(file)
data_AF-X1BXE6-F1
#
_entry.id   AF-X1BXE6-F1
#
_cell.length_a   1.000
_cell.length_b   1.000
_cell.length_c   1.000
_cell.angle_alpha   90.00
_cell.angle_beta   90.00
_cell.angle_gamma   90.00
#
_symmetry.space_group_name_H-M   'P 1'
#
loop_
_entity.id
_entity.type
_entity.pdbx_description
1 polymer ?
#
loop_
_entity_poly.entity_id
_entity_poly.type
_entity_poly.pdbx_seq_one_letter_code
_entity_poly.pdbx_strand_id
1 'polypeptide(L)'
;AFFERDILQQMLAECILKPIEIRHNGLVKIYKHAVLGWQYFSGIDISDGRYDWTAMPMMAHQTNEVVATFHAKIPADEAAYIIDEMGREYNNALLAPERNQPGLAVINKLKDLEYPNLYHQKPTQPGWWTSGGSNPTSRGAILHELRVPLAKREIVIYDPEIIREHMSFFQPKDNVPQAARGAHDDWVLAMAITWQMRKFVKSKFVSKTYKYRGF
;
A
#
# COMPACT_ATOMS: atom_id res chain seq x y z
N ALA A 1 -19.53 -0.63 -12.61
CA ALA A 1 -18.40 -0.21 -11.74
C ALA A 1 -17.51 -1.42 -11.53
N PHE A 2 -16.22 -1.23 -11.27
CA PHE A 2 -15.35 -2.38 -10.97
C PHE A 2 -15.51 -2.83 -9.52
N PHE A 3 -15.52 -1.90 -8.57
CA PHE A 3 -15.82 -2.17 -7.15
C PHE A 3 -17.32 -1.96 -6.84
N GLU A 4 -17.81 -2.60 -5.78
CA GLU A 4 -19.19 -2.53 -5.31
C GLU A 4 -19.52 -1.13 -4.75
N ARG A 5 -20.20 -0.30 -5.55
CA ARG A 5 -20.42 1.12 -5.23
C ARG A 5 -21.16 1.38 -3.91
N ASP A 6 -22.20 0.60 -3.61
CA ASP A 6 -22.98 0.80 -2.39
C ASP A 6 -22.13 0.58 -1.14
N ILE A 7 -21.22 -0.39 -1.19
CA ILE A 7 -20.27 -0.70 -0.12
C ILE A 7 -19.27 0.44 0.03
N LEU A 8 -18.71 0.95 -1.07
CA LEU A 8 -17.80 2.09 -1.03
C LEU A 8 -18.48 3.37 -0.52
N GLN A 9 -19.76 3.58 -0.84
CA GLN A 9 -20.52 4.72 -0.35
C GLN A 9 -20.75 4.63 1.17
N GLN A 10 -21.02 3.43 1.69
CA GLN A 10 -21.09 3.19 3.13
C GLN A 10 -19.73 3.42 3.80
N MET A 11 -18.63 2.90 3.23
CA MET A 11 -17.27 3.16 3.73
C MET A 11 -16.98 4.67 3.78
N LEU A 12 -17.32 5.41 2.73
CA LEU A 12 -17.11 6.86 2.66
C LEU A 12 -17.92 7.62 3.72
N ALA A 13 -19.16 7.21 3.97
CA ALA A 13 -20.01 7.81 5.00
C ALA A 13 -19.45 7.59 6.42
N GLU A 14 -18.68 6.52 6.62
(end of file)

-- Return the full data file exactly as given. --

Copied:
data_AF-X1BXE6-F1
#
_entry.id   AF-X1BXE6-F1
#
_cell.length_a   1.000
_cell.length_b   1.000
_cell.length_c   1.000
_cell.angle_alpha   90.00
_cell.angle_beta   90.00
_cell.angle_gamma   90.00
#
_symmetry.space_group_name_H-M   'P 1'
#
loop_
_entity.id
_entity.type
_entity.pdbx_description
1 polymer ?
#
loop_
_entity_poly.entity_id
_entity_poly.type
_entity_poly.pdbx_seq_one_letter_code
_entity_poly.pdbx_strand_id
1 'polypeptide(L)'
;AFFERDILQQMLAECILKPIEIRHNGLVKIYKHAVLGWQYFSGIDISDGRYDWTAMPMMAHQTNEVVATFHAKIPADEAAYIIDEMGREYNNALLAPERNQPGLAVINKLKDLEYPNLYHQKPTQPGWWTSGGSNPTSRGAILHELRVPLAKREIVIYDPEIIREHMSFFQPKDNVPQAARGAHDDWVLAMAITWQMRKFVKSKFVSKTYKYRGF
;
A
#
# COMPACT_ATOMS: atom_id res chain seq x y z
N ALA A 1 -19.53 -0.63 -12.61
CA ALA A 1 -18.40 -0.21 -11.74
C ALA A 1 -17.51 -1.42 -11.53
N PHE A 2 -16.22 -1.23 -11.27
CA PHE A 2 -15.35 -2.38 -10.97
C PHE A 2 -15.51 -2.83 -9.52
N PHE A 3 -15.52 -1.90 -8.57
CA PHE A 3 -15.82 -2.17 -7.15
C PHE A 3 -17.32 -1.96 -6.84
N GLU A 4 -17.81 -2.60 -5.78
CA GLU A 4 -19.19 -2.53 -5.31
C GLU A 4 -19.52 -1.13 -4.75
N ARG A 5 -20.20 -0.30 -5.55
CA ARG A 5 -20.42 1.12 -5.23
C ARG A 5 -21.16 1.38 -3.91
N ASP A 6 -22.20 0.60 -3.61
CA ASP A 6 -22.98 0.80 -2.39
C ASP A 6 -22.13 0.58 -1.14
N ILE A 7 -21.22 -0.39 -1.19
CA ILE A 7 -20.27 -0.70 -0.12
C ILE A 7 -19.27 0.44 0.03
N LEU A 8 -18.71 0.95 -1.07
CA LEU A 8 -17.80 2.09 -1.03
C LEU A 8 -18.48 3.37 -0.52
N GLN A 9 -19.76 3.58 -0.84
CA GLN A 9 -20.52 4.72 -0.35
C GLN A 9 -20.75 4.63 1.17
N GLN A 10 -21.02 3.43 1.69
CA GLN A 10 -21.09 3.19 3.13
C GLN A 10 -19.73 3.42 3.80
N MET A 11 -18.63 2.90 3.23
CA MET A 11 -17.27 3.16 3.73
C MET A 11 -16.98 4.67 3.78
N LEU A 12 -17.32 5.41 2.73
CA LEU A 12 -17.11 6.86 2.66
C LEU A 12 -17.92 7.62 3.72
N ALA A 13 -19.16 7.21 3.97
CA ALA A 13 -20.01 7.81 5.00
C ALA A 13 -19.45 7.59 6.42
N GLU A 14 -18.68 6.52 6.62